From Monday through Wednesday, I traveled to Greenville, SC to help my sponsor, Charter Communications, kick off a new sales initiative. Dubbed "Selling for Success"("S4S"), it's a program to improve their customers'experience by training their customer sales representatives to follow a carefully researched call-flow procedure -- or at least, that's what I got out of it. Charter flew call-center managers and other middle-management people to Greenville from regional offices all over the country to spend anywhere from a few days up to three weeks learning from an outside consultant group how to teach their CSRs the new procedure they'd devised.
My job? First of all, to address all the assembled managers, introducing myself and my relationship with the company as my sponsor and trying to draw parallels between what I do as a ski racer and what they do as a company: "Goal setting is important," "You have to be open to changing the way you do things," etc. People were generally pretty nice and forgiving of the fact that I don't have much public-speaking experience, and they listened to what I had to say and asked good questions even though what I was talking about seemed marginally relevant, at best.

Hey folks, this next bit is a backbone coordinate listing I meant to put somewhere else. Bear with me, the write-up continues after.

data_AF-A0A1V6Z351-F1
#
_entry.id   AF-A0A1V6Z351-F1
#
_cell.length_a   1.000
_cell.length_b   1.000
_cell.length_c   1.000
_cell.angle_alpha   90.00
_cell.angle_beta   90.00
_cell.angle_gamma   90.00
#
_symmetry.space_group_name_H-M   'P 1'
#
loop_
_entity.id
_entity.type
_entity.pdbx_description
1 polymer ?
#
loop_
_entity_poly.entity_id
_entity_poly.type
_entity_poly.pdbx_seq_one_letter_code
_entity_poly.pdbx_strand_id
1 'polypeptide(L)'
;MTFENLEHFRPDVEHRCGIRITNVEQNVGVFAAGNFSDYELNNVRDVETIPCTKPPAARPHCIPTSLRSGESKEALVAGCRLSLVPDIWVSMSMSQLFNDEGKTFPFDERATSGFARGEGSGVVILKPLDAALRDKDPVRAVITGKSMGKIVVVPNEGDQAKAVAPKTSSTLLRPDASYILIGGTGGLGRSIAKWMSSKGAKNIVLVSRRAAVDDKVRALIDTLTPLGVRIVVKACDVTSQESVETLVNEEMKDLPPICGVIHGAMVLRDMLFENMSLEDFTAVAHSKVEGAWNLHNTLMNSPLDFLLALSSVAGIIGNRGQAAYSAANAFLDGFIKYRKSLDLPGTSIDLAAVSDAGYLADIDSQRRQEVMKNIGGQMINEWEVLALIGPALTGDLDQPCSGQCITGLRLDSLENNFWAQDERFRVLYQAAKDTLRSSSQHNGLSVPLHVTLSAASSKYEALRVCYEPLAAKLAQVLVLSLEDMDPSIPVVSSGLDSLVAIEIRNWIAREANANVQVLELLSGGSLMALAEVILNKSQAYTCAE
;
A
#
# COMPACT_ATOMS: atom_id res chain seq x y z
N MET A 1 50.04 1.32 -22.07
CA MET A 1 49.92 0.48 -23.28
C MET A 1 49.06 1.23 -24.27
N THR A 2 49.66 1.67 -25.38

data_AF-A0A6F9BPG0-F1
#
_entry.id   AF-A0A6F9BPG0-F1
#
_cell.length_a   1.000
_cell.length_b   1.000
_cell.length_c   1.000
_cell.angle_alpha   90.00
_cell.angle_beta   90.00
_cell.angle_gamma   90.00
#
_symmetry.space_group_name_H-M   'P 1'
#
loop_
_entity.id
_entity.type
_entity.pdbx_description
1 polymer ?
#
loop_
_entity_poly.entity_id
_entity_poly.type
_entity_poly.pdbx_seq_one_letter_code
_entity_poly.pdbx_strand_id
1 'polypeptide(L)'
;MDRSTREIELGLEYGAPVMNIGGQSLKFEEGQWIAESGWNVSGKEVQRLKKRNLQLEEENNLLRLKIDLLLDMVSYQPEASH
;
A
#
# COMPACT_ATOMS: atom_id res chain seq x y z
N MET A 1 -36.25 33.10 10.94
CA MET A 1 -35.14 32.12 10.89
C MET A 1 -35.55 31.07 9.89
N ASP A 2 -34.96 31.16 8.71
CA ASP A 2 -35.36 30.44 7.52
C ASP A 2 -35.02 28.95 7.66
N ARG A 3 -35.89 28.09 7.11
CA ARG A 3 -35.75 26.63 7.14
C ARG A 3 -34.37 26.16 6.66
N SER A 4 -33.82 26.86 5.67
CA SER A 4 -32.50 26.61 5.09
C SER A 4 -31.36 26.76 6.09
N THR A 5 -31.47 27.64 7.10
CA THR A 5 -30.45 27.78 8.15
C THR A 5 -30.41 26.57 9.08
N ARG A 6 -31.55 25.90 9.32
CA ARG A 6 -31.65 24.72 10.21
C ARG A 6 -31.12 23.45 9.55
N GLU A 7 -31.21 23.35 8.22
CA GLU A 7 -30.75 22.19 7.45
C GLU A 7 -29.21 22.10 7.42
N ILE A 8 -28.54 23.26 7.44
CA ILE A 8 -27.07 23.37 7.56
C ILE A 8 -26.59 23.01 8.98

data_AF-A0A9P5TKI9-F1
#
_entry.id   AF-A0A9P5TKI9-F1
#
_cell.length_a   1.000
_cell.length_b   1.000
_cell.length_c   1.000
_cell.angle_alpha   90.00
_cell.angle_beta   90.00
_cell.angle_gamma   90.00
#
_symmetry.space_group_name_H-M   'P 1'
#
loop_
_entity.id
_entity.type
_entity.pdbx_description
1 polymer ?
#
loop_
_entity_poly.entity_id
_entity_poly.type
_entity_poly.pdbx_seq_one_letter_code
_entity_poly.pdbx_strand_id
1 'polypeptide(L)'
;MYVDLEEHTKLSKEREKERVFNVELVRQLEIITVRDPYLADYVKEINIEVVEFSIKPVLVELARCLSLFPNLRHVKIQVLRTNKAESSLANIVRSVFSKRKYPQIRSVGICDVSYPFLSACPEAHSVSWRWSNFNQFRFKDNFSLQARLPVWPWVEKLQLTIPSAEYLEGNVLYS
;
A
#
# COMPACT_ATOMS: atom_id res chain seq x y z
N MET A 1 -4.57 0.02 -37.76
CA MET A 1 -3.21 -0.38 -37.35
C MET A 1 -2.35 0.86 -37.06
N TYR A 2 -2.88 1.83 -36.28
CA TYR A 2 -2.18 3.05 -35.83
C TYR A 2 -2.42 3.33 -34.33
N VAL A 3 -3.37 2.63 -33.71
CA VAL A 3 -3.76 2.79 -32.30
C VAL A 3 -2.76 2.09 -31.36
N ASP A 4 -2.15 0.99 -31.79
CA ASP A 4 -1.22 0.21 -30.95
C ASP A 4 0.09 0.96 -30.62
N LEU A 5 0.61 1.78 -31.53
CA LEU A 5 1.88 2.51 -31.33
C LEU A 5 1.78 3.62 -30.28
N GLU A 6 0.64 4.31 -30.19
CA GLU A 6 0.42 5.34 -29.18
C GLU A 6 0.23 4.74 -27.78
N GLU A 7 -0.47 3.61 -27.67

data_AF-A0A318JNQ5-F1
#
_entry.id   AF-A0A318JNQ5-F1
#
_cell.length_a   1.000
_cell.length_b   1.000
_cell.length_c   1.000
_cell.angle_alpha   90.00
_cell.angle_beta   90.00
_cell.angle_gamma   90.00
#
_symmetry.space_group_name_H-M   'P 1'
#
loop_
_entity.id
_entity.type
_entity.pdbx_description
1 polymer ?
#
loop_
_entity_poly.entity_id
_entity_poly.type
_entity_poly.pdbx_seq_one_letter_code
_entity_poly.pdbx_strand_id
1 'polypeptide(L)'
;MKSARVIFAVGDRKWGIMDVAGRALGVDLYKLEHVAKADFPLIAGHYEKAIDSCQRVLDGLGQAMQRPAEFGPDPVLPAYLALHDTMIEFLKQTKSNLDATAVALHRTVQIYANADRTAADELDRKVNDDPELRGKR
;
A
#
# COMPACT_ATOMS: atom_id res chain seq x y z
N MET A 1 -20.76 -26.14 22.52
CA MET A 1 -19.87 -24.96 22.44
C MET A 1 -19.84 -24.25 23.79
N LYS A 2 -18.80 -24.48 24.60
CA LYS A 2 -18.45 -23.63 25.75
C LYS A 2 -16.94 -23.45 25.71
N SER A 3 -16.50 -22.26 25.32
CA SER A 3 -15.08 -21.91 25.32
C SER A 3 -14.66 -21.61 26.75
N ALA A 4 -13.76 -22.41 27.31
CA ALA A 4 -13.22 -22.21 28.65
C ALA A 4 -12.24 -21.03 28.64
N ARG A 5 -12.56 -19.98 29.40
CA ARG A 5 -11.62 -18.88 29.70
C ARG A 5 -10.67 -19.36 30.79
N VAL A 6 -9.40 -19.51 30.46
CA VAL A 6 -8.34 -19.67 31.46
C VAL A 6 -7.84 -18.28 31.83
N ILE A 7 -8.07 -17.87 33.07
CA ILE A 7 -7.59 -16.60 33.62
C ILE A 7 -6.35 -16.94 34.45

Then I had to give a similar presentation six more times to groups of CSRs who work at the Charter call center there. This was a substantially tougher job. Imagine a 24-year-old upper-middle-class white kid in a wheelchair and an Oxford shirt talking to a room full of mostly working-class, mostly-African-American phone operators of varying ages about a sport whose existence they're barely aware of and trying to explain to them why they should try and make more money for the multi-million-dollar corporation they all work for. I got better at it with each talk, but to be honest I've never felt so much like the Man in all my life. I'm only trying to do what Charter asks me to as a way of saying thanks for funding my whole ski season, but the experience left such a bad taste in my mouth.